‘Back That A$$’ UPDATE: Student Gets $2,500 Scholarship For Periodic Table Yearbook Stunt
Great news, America: The suburban Atlanta high school senior who landed in hot H2O over a clever periodic table code in her yearbook quote has now received a $2,500 scholarship and an internship because of the stunt.
Things looked pretty grim for Mundy’s Mill High School student Paris Gray around this time last week after school officials managed to crack her inspiring quote:
“When the going gets tough just remember to Barium, Carbon, Potassium, Thorium, Astatine, Arsenic, Sulfur, Uranium, Phosphorus.”
A cursory look at the periodic table reveals that the letter symbols for those nine elements spell out: “Back That Ass Up.”
Infuriated school officials sentenced Gray, the class vice president, to an in-school suspension and banned her from participating in last Friday’s senior walk. Before cooler heads prevailed, they had also threatened to cancel her speech at her graduation ceremony. (RELATED: Daily Caller Patriot: High Schooler Suspended For ‘Back That A$$ Up’ Periodic Table Yearbook Stunt)
“It just completely destroyed me, and my mom’s been telling me don’t let it ruin my happiness but it’s like, really taking a big toll,” the senior told Atlanta ABC affiliate WSB-TV.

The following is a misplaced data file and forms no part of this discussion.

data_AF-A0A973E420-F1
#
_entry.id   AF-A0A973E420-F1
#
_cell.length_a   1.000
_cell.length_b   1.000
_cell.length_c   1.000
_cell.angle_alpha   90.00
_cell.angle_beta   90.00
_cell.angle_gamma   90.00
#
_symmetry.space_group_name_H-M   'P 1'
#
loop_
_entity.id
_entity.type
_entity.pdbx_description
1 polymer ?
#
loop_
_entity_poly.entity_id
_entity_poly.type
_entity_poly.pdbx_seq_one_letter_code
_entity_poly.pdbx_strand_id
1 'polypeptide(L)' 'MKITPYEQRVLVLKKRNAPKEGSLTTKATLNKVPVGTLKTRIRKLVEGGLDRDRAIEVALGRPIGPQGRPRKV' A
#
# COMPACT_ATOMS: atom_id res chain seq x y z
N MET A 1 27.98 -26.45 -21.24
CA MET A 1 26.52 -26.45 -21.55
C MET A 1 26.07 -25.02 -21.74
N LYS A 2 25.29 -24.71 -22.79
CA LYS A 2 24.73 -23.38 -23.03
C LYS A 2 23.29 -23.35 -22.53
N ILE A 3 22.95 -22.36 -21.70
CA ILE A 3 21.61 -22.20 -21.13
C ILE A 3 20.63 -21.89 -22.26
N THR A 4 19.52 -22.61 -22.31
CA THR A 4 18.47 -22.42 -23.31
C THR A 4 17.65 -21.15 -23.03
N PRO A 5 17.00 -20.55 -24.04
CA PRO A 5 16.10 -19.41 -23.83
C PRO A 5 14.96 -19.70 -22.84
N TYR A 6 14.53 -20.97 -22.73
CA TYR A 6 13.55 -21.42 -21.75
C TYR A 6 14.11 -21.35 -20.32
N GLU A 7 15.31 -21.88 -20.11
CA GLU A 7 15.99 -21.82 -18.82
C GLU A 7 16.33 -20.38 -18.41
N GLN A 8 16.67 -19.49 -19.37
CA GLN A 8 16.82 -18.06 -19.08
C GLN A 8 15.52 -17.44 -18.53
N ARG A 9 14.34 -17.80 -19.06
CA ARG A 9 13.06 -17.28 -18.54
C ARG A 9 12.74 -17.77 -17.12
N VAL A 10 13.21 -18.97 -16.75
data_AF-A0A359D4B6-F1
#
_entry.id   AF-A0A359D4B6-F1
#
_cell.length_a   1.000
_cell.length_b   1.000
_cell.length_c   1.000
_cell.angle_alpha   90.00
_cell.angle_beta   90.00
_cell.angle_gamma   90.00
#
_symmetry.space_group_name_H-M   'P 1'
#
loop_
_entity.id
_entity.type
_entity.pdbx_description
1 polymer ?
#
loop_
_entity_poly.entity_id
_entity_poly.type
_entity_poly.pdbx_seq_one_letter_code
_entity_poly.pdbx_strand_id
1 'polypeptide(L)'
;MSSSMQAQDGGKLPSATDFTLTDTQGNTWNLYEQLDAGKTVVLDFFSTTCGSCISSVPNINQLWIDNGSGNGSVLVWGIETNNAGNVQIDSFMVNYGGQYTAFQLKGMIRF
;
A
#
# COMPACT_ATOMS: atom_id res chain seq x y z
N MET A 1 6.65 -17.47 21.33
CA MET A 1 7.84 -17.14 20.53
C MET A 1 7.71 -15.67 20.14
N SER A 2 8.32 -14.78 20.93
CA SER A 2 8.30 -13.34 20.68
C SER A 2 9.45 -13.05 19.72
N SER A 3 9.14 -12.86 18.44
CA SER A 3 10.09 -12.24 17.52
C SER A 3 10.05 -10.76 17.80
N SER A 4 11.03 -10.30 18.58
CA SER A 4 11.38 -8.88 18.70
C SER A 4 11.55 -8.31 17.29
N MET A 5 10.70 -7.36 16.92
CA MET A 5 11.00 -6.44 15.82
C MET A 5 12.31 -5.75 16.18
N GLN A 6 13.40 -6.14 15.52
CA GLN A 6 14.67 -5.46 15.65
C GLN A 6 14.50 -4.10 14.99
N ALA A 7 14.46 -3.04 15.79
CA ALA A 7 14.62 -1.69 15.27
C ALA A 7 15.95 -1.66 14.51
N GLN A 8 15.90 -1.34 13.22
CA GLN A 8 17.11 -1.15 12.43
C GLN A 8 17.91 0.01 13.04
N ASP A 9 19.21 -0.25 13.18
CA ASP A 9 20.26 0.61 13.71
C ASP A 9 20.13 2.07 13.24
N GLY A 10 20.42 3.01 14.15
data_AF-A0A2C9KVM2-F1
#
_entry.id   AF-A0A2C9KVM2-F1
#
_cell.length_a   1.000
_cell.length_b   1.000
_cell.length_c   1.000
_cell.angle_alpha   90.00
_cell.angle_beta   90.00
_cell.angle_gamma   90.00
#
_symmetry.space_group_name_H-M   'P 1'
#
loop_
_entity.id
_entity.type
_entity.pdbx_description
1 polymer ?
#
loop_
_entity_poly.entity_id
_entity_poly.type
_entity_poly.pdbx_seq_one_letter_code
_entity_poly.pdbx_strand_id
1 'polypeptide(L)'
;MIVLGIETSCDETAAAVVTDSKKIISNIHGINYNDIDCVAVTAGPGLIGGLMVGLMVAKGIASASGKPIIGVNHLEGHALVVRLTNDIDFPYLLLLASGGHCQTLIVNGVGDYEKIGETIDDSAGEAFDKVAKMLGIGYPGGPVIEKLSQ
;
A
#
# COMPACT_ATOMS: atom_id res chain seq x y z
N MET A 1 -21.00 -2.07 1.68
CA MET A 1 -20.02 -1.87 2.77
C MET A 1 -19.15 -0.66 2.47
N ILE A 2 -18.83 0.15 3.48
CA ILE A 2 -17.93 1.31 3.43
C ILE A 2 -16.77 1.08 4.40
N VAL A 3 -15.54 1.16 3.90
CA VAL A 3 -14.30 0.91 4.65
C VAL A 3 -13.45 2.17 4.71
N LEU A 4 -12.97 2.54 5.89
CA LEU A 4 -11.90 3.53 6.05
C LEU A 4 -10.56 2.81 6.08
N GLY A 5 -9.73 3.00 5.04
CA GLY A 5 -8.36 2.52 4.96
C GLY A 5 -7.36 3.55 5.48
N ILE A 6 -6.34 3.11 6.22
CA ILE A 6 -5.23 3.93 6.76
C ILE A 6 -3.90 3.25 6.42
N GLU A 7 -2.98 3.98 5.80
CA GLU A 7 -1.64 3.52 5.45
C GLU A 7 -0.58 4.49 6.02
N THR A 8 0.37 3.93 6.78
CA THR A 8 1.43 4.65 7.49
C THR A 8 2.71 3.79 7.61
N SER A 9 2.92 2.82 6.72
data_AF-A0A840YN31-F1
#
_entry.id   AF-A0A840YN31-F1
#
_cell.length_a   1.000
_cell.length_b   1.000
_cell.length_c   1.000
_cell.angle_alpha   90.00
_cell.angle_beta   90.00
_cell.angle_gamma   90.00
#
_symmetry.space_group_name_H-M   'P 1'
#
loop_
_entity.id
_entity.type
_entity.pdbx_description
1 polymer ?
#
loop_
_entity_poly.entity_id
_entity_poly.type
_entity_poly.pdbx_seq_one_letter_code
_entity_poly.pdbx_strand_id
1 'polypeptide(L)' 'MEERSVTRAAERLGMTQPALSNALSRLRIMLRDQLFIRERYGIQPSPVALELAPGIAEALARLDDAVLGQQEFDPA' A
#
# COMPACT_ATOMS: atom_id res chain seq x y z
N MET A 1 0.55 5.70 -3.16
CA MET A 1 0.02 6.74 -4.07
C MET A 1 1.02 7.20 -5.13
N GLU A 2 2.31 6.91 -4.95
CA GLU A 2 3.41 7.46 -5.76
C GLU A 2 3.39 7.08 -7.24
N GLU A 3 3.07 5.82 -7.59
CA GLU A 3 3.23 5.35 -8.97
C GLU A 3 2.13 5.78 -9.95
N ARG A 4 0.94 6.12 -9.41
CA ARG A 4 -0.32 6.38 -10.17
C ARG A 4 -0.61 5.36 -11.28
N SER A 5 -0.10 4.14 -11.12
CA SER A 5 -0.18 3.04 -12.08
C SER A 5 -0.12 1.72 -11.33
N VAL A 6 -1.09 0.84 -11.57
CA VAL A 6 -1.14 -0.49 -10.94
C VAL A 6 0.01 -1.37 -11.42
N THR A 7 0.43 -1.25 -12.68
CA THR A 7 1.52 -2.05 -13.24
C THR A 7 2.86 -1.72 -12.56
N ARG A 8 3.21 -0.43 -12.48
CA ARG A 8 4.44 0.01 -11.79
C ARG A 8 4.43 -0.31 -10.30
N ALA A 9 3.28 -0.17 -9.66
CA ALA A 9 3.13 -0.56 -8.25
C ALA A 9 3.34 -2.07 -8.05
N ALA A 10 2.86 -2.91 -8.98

Turns out Gray’s mother, Zarinah Woods, was right in that special way that mothers so often tend to be.
Elite Island Resorts, a travel marketing company, announced this week that is has awarded Gray with a $2,500 scholarship and a travel industry-related internship.
Part of the internship, apparently, will be creating a brainteaser, “Paris’s Puzzle,” for people to solve.
“Paris is smart and creative, and we are pleased to help her channel that creativity towards future success,” the company’s CEO, Larry Basham, said in a press release obtained by The Daily Caller.
Gray plans to attend Tennessee State University in Nashville this fall.
Gray probably got the inspiration for her yearbook stunt from the song “Back That Azz Up” by Juvenile (real name: Terius Gray), a rapper who was once a member of a hip-hop group called the Hot Boys. The 1999 song is one of Juvenile’s biggest hits to date.
Follow Eric on Twitter and on Facebook, and send education-related story tips to email@example.com.